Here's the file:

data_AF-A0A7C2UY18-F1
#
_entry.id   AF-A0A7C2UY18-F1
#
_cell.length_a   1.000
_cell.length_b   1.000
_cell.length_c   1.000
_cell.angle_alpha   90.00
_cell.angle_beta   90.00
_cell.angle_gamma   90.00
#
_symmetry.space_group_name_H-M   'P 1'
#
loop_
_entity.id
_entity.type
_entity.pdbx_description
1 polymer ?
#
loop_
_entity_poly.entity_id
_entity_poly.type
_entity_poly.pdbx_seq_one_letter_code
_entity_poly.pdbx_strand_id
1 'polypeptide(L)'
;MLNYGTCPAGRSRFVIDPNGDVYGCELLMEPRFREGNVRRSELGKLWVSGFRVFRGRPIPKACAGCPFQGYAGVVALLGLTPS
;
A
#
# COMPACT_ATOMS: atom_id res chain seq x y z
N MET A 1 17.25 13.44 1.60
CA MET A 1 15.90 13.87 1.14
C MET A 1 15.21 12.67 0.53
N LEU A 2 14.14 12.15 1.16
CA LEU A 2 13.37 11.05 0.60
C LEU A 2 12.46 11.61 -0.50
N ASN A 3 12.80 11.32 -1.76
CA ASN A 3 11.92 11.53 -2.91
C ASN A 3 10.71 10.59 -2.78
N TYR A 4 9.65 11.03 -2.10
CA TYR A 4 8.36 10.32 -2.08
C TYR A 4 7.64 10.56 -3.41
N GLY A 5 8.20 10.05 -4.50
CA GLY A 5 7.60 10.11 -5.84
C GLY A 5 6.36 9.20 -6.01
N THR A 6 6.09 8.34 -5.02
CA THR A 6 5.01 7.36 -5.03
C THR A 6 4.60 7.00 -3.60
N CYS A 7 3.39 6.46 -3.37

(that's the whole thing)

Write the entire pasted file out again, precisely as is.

data_AF-A0A7C2UY18-F1
#
_entry.id   AF-A0A7C2UY18-F1
#
_cell.length_a   1.000
_cell.length_b   1.000
_cell.length_c   1.000
_cell.angle_alpha   90.00
_cell.angle_beta   90.00
_cell.angle_gamma   90.00
#
_symmetry.space_group_name_H-M   'P 1'
#
loop_
_entity.id
_entity.type
_entity.pdbx_description
1 polymer ?
#
loop_
_entity_poly.entity_id
_entity_poly.type
_entity_poly.pdbx_seq_one_letter_code
_entity_poly.pdbx_strand_id
1 'polypeptide(L)'
;MLNYGTCPAGRSRFVIDPNGDVYGCELLMEPRFREGNVRRSELGKLWVSGFRVFRGRPIPKACAGCPFQGYAGVVALLGLTPS
;
A
#
# COMPACT_ATOMS: atom_id res chain seq x y z
N MET A 1 17.25 13.44 1.60
CA MET A 1 15.90 13.87 1.14
C MET A 1 15.21 12.67 0.53
N LEU A 2 14.14 12.15 1.16
CA LEU A 2 13.37 11.05 0.60
C LEU A 2 12.46 11.61 -0.50
N ASN A 3 12.80 11.32 -1.76
CA ASN A 3 11.92 11.53 -2.91
C ASN A 3 10.71 10.59 -2.78
N TYR A 4 9.65 11.03 -2.10
CA TYR A 4 8.36 10.32 -2.08
C TYR A 4 7.64 10.56 -3.41
N GLY A 5 8.20 10.05 -4.50
CA GLY A 5 7.60 10.11 -5.84
C GLY A 5 6.36 9.20 -6.01
N THR A 6 6.09 8.34 -5.02
CA THR A 6 5.01 7.36 -5.03
C THR A 6 4.60 7.00 -3.60
N CYS A 7 3.39 6.46 -3.37